Certain patients with breast cancer may soon be able to get routine access to Eisai's Halaven on the NHS in England and Wales, after cost regulators endorsed its use.
The drug was deemed too costly for NHS use back in 2012 because of uncertainties in effectiveness data.
However, new evidence has led to draft updated guidance from the National Institute for Health and Care Excellence in which Halaven (eribulin) is being recommended as an option for people with locally advanced or metastatic breast cancer that has spread after at least two chemotherapy regimens.
"For this appraisal we've been able to consider updated results from the trial used in the original guidance that show women taking eribulin lived on average almost 3 months longer compared with women taking other treatments," noted Professor Carole Longson MBE, director of the centre for health technology evaluation at NICE.
"We've also been able to take into account the results for health-related quality-of-life from another trial that compared eribulin with capecitabine. This new evidence, together with the discount available through the patient access scheme, enabled the appraisal committee to conclude that erubilin represents good value for money."
In light of the short life expectancy of people with this stage of breast cancer - typically less than two years - the committee felt that the overall survival benefit shown in the EMBRACE trial compared to standard treatment was "substantial", and that the drug therefore met NICE's end-of-life criteria.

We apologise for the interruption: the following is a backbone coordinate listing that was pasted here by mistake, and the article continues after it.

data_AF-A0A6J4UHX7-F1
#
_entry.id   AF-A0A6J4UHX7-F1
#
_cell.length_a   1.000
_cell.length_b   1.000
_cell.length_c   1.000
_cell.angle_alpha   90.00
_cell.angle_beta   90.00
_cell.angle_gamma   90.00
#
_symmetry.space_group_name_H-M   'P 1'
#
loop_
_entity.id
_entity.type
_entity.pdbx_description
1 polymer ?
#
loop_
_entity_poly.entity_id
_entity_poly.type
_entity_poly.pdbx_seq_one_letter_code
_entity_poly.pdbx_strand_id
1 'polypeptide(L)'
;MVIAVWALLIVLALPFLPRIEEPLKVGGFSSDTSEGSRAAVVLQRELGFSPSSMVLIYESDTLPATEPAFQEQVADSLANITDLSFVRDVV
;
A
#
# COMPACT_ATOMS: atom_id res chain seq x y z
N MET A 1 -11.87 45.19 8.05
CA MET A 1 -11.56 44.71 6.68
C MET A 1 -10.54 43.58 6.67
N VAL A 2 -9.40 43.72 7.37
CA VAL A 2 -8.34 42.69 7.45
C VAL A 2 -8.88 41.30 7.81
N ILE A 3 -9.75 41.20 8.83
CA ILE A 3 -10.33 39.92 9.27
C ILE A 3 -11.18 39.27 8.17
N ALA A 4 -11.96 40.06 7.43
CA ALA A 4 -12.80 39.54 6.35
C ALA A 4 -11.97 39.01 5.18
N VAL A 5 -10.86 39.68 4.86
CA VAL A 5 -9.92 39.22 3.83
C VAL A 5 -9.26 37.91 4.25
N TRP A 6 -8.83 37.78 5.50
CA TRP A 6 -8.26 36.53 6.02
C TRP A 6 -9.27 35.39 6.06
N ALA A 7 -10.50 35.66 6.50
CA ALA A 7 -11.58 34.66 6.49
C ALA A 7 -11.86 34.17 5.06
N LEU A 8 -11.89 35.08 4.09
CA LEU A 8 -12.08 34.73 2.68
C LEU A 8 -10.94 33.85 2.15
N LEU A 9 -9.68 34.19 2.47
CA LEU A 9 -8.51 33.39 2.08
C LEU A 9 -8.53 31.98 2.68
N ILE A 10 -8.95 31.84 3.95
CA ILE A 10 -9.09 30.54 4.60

Taking together all the uncertainties, the committee considered the most plausible incremental cost effectiveness ratio to be below £50,000 per QALY gained.
Halaven, which belongs to a class of antineoplastic agents, the halichondrins, that are derived from the marine sponge Halichondria okadai, was first approved for breast cancer in the US in 2010 and in the EU in 2011, and also won FDA clearance for liposarcoma back in January.
The Scottish Medicines Consortium backed use of Halaven for the treatment of advanced breast cancer in March.